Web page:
Court Invalidates Key Patent Claims In Acacia's Streaming Media Patent

from the down-goes-another-one dept

The EFF’s painfully slow patent busting project keeps on seeing success — even if it’s taking forever. The number one patent on the list was Acacia’s streaming media patent, that was brought to court more than six years ago, basically going after anyone who did online streaming media. Acacia, of course, is one of the biggest and most well known of the patent hoarding firms that started getting lots of attention earlier this decade (the company now often tries to hide patents in shell companies, since the Acacia name is now so closely associated with “patent troll”). With this patent, Acacia was especially sneaky, in that it started by going after porn sites, figuring they wouldn’t want to fight back.

Either way, a district court has just tossed out the 10 claims that it was asserting in its lawsuit against cable and satellite TV providers, claiming that they’re all invalid. The EFF doesn’t get credit for this one, since it wasn’t through a USPTO patent review process, the overall impact is the same. For all intents and purposes, the parts of this patent that were being asserted against so many companies have been declared invalid. It doesn’t change the fact that tons of companies have spent years and years fighting it and paying legal fees, but that’s our patent system for you. Encouraging “innovation” the same way the mob encourages “safe neighborhoods.”

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Companies: acacia

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Comments on “Court Invalidates Key Patent Claims In Acacia's Streaming Media Patent”

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Chronno S. Trigger (profile) says:

Re: Incentives for not granting bad patents

Every time a patent is invalidated the USPTO gets a budget cut and the inspector who approved the patent gets a pay cut? Possibly even a fine for the company or person (and layer?) who filed it? I’d say that would severely limit the patents put out.

But, the opposite should be true as well. How can we reward for good patents? How would we even quantify a good patent? maybe a budget increase and a pay raise for a set amount of patents approved? That may push the system to go fast while still being accurate.

Anonymous Coward says:

“…(the company now often tries to hide patents in shell companies, since the Acacia name is now so closely associated with “patent troll”). With this patent, Acacia was especially sneaky, in that it started by going after porn sites, figuring they wouldn’t want to fight back. “

I see you can read minds and in some detail too !.

Tek'a R (profile) says:

Re: stop the shilling!!!

oh Ronald, you silly man..

do you think that simply dropping your name off will keep people from recognizing you?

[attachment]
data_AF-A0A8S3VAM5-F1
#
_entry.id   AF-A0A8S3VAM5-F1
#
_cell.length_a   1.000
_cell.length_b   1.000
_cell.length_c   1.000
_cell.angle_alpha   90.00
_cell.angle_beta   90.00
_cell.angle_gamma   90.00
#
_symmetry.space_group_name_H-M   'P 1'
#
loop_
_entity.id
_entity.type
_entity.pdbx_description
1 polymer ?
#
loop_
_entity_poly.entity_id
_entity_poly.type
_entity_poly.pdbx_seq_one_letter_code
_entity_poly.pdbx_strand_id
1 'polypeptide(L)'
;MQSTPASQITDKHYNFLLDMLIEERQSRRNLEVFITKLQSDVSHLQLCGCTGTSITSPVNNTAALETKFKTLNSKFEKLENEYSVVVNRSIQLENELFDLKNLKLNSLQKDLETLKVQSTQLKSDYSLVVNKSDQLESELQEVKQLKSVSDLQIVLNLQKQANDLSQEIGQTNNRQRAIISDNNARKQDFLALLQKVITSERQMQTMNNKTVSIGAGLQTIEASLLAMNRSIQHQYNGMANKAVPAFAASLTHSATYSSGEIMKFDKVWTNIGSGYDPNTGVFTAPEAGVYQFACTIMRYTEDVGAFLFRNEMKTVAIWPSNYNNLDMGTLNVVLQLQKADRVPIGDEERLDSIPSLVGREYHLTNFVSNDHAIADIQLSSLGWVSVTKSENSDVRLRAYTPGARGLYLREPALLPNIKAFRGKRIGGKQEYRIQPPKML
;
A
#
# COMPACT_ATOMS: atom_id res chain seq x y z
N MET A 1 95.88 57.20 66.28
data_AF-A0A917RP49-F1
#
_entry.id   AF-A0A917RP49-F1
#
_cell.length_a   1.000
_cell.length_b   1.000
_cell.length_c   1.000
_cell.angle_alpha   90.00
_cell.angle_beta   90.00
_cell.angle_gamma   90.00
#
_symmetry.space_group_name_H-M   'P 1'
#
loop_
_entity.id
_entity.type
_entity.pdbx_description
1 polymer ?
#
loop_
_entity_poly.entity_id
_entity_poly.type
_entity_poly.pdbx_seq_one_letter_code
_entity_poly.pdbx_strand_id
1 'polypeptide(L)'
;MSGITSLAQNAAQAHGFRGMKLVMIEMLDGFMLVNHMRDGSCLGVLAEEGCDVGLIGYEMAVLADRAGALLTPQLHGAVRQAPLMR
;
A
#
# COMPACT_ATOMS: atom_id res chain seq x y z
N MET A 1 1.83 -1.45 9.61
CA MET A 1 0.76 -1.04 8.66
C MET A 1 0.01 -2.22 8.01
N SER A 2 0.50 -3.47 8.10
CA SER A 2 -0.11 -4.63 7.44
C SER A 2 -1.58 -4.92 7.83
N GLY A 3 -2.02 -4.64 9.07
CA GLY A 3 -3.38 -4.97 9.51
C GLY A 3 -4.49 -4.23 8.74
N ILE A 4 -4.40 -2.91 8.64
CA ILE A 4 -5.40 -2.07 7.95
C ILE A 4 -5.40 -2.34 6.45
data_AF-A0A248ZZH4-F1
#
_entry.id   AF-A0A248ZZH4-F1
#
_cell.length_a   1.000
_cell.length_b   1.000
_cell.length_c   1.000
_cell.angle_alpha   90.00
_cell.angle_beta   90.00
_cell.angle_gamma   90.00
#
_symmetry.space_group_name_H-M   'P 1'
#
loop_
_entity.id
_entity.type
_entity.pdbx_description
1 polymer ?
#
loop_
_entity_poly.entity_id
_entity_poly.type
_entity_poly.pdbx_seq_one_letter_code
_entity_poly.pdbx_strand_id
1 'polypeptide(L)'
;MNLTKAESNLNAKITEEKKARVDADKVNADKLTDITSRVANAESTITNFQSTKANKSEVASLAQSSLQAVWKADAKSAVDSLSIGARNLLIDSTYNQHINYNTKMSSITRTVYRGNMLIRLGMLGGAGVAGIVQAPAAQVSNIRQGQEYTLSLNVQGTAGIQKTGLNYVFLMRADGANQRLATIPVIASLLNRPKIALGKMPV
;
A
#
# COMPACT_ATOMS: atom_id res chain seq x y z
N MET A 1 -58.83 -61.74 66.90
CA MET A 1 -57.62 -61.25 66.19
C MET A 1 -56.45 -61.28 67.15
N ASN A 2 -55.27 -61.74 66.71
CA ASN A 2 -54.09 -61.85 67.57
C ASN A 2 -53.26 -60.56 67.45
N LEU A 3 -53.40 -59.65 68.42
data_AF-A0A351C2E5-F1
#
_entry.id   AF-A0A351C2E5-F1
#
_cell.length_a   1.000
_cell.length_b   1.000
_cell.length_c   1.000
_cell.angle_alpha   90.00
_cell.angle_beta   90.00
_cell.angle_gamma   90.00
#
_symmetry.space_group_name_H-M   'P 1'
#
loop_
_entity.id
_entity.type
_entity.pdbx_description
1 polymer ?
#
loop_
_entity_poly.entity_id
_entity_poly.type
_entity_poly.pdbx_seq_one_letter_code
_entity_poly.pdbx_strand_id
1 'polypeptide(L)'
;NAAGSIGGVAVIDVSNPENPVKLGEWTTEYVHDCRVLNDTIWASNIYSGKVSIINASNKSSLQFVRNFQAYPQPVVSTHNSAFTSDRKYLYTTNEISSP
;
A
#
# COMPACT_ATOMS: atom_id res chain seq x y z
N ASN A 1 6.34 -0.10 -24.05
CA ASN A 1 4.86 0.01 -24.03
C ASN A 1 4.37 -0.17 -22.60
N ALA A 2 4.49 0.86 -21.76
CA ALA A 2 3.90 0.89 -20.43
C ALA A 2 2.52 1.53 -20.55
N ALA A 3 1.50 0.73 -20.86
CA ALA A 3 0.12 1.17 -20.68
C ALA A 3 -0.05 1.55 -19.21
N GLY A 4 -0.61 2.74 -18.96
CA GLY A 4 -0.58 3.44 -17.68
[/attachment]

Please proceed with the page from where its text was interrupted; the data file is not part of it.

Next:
More to the point, if you truly cant see the difference between actual theft of a design/patent and the over-written and overreaching patents that are the roots of the need for reform.. well, I am surprised you can string words together.
Or copy them off a website.

For an example of an overly broad patent, lets look at the one being challenged related to this article.

“A system of distributing video and/or audio information employs digital signal processing to achieve high rates of data compression. The compressed and encoded audio and/or video information is sent over standard telephone, cable or satellite broadcast channels to a receiver specified by a subscriber of the service, preferably in less than real time, for later playback and optional recording on standard audio and/or video tape”

The patent goes on to amend a dozen or more times, each time claiming another vague category, such as “Also to include digital transmission, and also to include transmission involving a computer”

There is no formula, no diagram or circuit. In truth, there is no system outlined in the patent at all, merely a claim against the IDEA of a system, broadly drawn out with a paint-roller to include any vaguely similar concept involving transmitting.. anything ever. This patent is held by a company that does not do any kind of business related to “distribution of video and/or audio” or any type of activity at all outside of sending legal notices.

try harder, RJR

Scott Owens (profile) says:


When I got the slick packet from them in the mail years ago demanding a large fee and a percentage of revenue from my porn site years ago, I was a little scared and I was not sure what to do.
I was in no way about to give money to patent trolls, but at the same time did not really want blow a bunch of money on a legal fight.
Most of my content was still photography, so I simply took down all the music and videos, responded to their notice saying that the offending content had been removed, waited a while and then put it back up.

hans (user link) says:

My response

I used to have a number of adult sites with video. When Acacia contacted me I felt threatened. I was a small, financially insecure operation. Hustler had just caved in and paid them. Others were doing the same. I wrote them back in French, saying that since I lived in Quebec and my business was based in Quebec I was unable to respond to them until they re-submitted their request in French. Ha! I never heard back.

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